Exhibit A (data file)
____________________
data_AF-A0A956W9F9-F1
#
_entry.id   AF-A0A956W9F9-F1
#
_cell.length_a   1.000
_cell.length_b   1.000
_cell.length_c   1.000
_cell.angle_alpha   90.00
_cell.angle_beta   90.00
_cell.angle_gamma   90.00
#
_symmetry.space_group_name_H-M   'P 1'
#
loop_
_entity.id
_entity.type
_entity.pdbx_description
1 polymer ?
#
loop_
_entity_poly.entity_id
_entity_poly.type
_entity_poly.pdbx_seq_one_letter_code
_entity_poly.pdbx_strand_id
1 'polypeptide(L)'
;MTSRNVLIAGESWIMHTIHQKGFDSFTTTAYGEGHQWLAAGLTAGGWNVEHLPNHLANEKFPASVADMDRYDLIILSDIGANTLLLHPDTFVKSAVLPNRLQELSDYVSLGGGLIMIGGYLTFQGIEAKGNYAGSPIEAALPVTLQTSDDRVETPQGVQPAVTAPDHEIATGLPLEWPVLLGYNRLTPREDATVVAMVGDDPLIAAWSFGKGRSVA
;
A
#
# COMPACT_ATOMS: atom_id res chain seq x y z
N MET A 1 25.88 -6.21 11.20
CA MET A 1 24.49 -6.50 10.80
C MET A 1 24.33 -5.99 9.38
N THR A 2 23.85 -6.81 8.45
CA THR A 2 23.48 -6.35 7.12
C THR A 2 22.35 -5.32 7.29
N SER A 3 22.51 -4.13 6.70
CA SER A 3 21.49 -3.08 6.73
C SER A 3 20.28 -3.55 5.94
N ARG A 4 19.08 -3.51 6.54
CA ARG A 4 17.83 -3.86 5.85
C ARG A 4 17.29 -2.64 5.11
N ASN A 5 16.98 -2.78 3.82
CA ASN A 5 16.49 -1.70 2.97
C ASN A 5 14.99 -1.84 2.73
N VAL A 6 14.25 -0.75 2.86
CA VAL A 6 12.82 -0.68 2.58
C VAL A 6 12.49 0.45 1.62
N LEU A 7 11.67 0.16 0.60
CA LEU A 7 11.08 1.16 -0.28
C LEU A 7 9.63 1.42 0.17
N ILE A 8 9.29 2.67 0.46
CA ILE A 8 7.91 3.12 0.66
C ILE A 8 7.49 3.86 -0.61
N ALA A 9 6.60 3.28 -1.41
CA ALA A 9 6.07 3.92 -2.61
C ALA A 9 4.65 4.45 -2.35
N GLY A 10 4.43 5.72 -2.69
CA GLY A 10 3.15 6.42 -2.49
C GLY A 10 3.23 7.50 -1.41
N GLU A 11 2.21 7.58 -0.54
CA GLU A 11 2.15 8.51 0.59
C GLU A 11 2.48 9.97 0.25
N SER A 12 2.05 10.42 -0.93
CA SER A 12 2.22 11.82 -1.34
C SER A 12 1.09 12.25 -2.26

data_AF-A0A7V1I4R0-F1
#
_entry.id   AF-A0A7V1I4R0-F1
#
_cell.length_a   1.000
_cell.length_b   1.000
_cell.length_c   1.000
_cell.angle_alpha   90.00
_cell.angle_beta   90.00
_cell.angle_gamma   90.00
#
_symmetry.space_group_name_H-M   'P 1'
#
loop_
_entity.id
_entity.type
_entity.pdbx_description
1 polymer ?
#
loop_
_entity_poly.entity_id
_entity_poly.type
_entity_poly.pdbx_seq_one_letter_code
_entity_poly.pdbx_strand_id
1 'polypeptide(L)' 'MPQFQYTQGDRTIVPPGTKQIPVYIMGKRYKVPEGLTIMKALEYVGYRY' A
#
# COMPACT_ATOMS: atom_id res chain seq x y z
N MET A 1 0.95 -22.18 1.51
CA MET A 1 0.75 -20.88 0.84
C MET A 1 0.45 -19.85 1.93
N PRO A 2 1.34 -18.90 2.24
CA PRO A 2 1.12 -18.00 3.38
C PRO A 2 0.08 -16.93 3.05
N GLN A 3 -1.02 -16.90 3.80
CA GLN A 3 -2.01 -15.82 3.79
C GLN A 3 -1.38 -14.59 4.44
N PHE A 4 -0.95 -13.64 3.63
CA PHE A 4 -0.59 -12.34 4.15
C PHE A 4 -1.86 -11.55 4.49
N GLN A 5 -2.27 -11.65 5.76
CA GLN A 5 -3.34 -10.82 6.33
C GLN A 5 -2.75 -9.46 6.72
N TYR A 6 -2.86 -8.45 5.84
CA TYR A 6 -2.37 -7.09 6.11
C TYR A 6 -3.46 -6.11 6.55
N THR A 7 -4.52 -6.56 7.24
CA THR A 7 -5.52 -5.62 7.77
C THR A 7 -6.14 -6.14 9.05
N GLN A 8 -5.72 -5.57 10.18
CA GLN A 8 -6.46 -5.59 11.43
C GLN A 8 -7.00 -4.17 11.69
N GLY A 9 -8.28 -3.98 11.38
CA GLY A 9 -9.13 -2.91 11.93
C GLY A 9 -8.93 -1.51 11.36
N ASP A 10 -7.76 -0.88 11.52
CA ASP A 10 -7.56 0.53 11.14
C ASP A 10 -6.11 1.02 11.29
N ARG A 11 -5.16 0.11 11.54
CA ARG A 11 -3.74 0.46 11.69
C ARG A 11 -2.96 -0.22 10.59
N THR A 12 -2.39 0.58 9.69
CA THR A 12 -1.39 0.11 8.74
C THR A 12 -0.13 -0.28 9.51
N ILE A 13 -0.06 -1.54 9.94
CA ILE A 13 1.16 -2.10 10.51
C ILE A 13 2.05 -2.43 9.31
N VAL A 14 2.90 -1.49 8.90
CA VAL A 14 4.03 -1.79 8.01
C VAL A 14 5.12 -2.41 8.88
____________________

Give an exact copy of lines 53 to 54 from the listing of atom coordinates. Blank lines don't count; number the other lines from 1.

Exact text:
CA ILE A 8 7.91 3.12 0.66
C ILE A 8 7.49 3.86 -0.61